No Shift Change? No Problem!

2012-01-18 23:27:42.000 – Mike Carmon,  Weather Observer/Meteorologist

3-5 a.m. Wednesday Winds

The cold front is long gone, but we remain here.

In yesterday’s comment, I was highlighting the fact that we may have some trouble with shift change today. My forecast turned out to be spot-on accurate, as the decision was made to not even attempt a shift change this morning. At the time the other shift would have been making their way to the summit in the Snow Cat, winds were averaging 90-100 mph, and gusting as high as 110 mph. Add on the fact that temperatures were plummeting below zero degrees, and freezing fog and blowing snow were reducing visibility to a mere 25 feet or so, and you’d have quite a precarious situation. We opted to avoid that situation altogether.

Although I am usually itching to get down on Wednesday after being isolated from my home, my friends and my family for a week, I was excited last night about the winds we could experience that would aid in keeping us stranded for a day. The cold front did not disappoint, although around 1 a.m. last night, I was starting to think it might.

Around the 1 a.m. time frame last night, winds were sustained at a decent 70 mph, but on a downward trend. Instead of getting louder, conditions outside were trending towards the quieter side of things, and I was looking at the computer models and once again wondering if I had put too much faith in them. This continued through until 2 a.m., when I noticed a line of showers bearing down on the summit. I assumed this was the leading edge of the cold front, and thought this might be the harbinger of a wild conclusion to the night.

That’s exactly what happened. By my observation time at 2:45 a.m., winds had shot up to just shy of 100 mph sustained, and were gusting near 110 mph. De-icing at this time was a struggle as I fought the force of the winds to ascend the parapet and manipulate the crow bar to remove rapidly accruing rime ice.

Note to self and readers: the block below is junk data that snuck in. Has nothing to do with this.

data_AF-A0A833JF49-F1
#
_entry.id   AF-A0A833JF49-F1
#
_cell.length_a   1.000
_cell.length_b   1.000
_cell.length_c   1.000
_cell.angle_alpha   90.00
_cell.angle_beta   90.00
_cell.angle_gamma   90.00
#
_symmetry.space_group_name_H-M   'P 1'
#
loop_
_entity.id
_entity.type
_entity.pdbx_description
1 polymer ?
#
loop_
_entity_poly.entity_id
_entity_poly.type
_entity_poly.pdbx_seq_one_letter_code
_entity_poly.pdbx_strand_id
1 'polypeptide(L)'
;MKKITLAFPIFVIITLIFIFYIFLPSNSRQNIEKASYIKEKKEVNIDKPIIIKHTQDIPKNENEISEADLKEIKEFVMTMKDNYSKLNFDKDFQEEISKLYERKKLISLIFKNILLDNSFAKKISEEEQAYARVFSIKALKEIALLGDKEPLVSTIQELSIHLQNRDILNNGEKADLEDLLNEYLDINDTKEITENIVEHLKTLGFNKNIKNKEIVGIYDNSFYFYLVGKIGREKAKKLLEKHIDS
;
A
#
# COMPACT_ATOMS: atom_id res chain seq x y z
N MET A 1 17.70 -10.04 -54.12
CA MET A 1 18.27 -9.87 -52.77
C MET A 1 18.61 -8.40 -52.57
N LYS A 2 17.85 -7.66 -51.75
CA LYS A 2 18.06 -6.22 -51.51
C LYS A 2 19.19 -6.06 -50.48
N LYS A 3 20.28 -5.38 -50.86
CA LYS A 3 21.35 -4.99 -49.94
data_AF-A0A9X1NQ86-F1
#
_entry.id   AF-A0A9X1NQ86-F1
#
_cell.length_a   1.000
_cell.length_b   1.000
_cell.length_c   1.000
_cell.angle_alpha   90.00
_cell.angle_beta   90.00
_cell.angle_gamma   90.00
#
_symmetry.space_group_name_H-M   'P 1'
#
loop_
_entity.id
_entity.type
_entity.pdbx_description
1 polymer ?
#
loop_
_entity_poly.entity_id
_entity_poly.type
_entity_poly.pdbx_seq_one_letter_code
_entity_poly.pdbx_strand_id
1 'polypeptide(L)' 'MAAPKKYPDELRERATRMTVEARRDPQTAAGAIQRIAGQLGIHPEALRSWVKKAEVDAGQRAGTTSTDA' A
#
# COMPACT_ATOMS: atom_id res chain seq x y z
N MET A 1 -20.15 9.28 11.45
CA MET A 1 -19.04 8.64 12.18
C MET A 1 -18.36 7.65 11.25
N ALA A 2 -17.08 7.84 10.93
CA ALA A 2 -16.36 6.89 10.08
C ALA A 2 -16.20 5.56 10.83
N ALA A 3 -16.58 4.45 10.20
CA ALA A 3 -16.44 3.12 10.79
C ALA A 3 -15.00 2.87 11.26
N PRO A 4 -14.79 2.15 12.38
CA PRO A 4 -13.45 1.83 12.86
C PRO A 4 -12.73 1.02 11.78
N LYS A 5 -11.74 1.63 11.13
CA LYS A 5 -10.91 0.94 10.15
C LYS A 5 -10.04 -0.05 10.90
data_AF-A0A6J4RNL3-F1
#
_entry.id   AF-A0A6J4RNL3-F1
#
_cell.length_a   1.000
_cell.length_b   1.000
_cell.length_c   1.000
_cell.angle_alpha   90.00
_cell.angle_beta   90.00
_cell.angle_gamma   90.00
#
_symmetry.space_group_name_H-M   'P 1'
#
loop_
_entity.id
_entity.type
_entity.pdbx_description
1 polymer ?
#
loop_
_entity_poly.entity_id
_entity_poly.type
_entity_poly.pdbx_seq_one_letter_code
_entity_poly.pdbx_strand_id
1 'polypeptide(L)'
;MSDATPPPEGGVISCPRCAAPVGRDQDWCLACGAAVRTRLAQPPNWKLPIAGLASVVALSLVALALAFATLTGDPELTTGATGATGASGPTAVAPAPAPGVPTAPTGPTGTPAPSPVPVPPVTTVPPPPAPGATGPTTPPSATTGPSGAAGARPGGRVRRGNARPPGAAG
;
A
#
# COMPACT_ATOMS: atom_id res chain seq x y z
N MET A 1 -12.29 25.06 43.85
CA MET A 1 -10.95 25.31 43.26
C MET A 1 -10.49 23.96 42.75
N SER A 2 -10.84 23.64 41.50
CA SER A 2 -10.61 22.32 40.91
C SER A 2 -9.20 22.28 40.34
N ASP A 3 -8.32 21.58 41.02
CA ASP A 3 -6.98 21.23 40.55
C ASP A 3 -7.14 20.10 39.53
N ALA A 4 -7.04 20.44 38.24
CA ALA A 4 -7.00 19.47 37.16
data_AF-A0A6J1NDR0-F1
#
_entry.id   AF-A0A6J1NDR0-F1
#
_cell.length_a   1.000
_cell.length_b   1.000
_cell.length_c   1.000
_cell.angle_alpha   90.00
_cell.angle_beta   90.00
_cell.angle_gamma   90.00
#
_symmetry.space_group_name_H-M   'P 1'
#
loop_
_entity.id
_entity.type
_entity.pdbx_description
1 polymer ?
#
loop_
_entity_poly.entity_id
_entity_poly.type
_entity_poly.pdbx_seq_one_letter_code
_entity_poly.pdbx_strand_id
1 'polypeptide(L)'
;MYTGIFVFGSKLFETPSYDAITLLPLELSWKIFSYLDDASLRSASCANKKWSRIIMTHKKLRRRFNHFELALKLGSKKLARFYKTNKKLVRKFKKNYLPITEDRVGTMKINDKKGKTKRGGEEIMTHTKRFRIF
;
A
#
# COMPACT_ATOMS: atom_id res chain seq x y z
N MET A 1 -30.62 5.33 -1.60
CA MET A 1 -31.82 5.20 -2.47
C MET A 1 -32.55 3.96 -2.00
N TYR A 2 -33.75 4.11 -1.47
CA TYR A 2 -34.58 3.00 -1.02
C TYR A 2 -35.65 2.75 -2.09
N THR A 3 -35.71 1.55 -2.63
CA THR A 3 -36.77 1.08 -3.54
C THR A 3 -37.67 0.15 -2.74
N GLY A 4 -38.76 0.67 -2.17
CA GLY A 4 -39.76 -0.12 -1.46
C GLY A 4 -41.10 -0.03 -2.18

The 3-4 a.m. hour was the highlight. Although I was attempting to forecast, I couldn’t help but run over to the Hays Chart every time I heard a roar that sounded louder than the last. The 3-4 a.m. hour winds averaged a strong 109 mph, one of the highest hourly averages I’ve personally ever seen in 3 years. The next hour was a close second, averaging 108 mph, and producing our peak wind gust for the event of 129 mph. I can safely say I was on the tower de-icing in a 123 mph gust, which plastered me against the pitot pole-a position many an observer is familiar with.

The pure joy I had in watching the Hays Chart, listening to the roar of the winds, pushing myself onto the tower amidst these monster winds, and only wanting winds to keep ramping up, was a pleasant reminder as to why I’m up here in the first place, and well worth the extra work day.

 

Mike Carmon,  Weather Observer/Meteorologist

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